Seronera — THE whole world seems to be currently gathering in the Serengeti Plains where more than 1.5 million wildebeests are delivering new calves at the rate of 8,000 newborns per day.
Within less than a month, in this same month of February, a record-breaking total of 16,500 tourists, among them 5,800 domestic visitors, with more still coming, are filling the Serengeti plains targeting to witness the amazing wildebeests' calving season.
Also attending the wildebeests' mass "jungle reproduction" event are wildlife researchers and zoological scientists from all over the world.
"It is rather a spectacular sighting because this is the only place on earth where nearly two million large herbivores are "giving birth" at the same time and in unison, in what is known as "synchronized calving," explained Mr William Mwakilema the Conservator at the Serengeti National Park.
One of the visitors, Mr Robert Joseph, who hails from Belgium, said what he has seen was astounding and despite the pictures taken, many people back home may not exactly believe when he recounts the story to them.
The on-going wildebeests' calving season is expected to progress for the next six weeks at the end of which, nearly 500,000 young calves will be born into the country's second largest National Park.
Serengeti covers 14,763 square kilometres. Even more enthralling, according to other tourists who are witnessing the event, is the fact that the animals do not even have to lie down but can deliver their babies just as they move about.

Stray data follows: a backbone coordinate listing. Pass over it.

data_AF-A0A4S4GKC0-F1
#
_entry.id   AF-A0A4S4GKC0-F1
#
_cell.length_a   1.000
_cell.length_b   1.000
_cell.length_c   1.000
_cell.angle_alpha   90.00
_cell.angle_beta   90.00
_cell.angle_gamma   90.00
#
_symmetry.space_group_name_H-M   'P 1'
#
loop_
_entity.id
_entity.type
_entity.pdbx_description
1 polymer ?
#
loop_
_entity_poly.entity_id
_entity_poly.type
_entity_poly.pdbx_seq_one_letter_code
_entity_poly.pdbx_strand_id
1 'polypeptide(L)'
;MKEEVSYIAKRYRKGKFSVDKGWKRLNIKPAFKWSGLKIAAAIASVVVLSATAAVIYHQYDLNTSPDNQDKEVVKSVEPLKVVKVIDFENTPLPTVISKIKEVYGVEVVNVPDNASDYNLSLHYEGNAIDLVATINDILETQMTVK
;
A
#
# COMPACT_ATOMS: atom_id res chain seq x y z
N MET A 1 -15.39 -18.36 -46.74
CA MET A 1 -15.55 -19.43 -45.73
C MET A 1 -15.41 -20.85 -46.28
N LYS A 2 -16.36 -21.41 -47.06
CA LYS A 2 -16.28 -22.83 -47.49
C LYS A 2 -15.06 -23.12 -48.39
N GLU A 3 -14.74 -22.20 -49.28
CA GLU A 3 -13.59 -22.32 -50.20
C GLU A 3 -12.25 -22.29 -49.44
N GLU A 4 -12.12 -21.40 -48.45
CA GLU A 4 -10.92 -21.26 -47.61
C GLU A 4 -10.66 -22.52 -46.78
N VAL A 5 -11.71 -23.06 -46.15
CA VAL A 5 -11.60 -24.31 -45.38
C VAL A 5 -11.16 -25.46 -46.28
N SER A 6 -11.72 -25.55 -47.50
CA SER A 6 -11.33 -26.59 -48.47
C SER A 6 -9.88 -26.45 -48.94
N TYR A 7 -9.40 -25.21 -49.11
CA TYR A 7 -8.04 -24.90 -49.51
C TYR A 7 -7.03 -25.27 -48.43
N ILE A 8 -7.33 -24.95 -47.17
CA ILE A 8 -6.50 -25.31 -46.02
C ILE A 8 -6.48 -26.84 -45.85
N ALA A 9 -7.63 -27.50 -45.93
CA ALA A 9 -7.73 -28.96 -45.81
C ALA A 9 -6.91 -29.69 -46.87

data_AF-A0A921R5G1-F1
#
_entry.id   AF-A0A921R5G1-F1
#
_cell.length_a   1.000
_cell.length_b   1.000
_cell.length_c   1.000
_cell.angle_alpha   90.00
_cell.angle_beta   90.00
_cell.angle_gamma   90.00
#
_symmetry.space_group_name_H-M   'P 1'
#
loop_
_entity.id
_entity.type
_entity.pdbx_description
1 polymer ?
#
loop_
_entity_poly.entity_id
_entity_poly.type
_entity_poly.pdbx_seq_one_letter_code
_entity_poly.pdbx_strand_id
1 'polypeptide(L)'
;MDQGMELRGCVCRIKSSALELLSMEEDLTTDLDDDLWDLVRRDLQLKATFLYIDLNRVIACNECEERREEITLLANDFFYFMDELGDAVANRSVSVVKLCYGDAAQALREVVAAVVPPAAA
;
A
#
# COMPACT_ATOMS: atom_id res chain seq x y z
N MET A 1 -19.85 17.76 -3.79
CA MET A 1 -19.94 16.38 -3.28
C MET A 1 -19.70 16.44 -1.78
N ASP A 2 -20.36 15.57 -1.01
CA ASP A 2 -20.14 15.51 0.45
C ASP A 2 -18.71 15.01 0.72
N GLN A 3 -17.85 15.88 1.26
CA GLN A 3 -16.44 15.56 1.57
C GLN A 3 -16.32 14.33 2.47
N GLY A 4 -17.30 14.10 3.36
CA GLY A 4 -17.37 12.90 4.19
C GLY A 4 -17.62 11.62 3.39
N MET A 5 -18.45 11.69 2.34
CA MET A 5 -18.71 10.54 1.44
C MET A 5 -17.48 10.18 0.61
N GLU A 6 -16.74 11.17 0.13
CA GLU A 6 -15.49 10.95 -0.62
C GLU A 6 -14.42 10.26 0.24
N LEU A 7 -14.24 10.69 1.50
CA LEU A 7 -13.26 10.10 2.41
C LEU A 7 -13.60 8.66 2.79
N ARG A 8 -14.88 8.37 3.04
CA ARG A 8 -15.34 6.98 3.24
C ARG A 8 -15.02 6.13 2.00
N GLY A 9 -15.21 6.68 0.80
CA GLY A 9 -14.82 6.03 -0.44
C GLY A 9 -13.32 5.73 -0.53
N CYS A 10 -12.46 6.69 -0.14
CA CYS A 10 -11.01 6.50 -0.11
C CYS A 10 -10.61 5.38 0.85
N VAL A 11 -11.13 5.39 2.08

Also, once the calves drop from the wombs, it only takes two or three minutes before they start hopping about, running after their mothers. Due to that, even more visitors are landing in the Northern Tourist Circuit to get a piece of the adventure.
"Normally, February is a low tourism season but recording nearly 17,000 visitors in just one month, just goes to show how the world's and only synchronized calving is creating great interest globally," stated Mr Paschal Shelutete, the Public Relations Manager for the Tanzania National Parks.
According to Mr Godson Kimaro the Serengeti Senior Park Warden, the plains attract over 350,000 tourists every year and peak tourism season is usually between the months of June and September when the north-bound great migration of the same ungulates usually takes place.
But most of the half-a-million newborn wildebeest calves may not survive the jungle full of hyenas numbering 7,500, lions at 3,000 and leopards, not to mention marauding wild dogs and cheetahs, all of which should be happy to chew the soft and tender bones of the young herbivores.
Mr Seth Mihayo the Tourism Conservator at SENAPA pointed out that half of the newborn wildebeests are likely to die from predator attacks, drowning into the giant Mara River or simply succumb to the hostile elements that accompany the ungulates 1,000 kilometres' annual migration.
"But it is the way of mother nature balancing the ecosystem because the 2010 animals census indicated that there were 1.5 million wildebeests, which means an increase of 500,000 more ungulates every year could overwhelm the park, therefore natural selection trims the lot to manageable population," explained Mr Mihayo.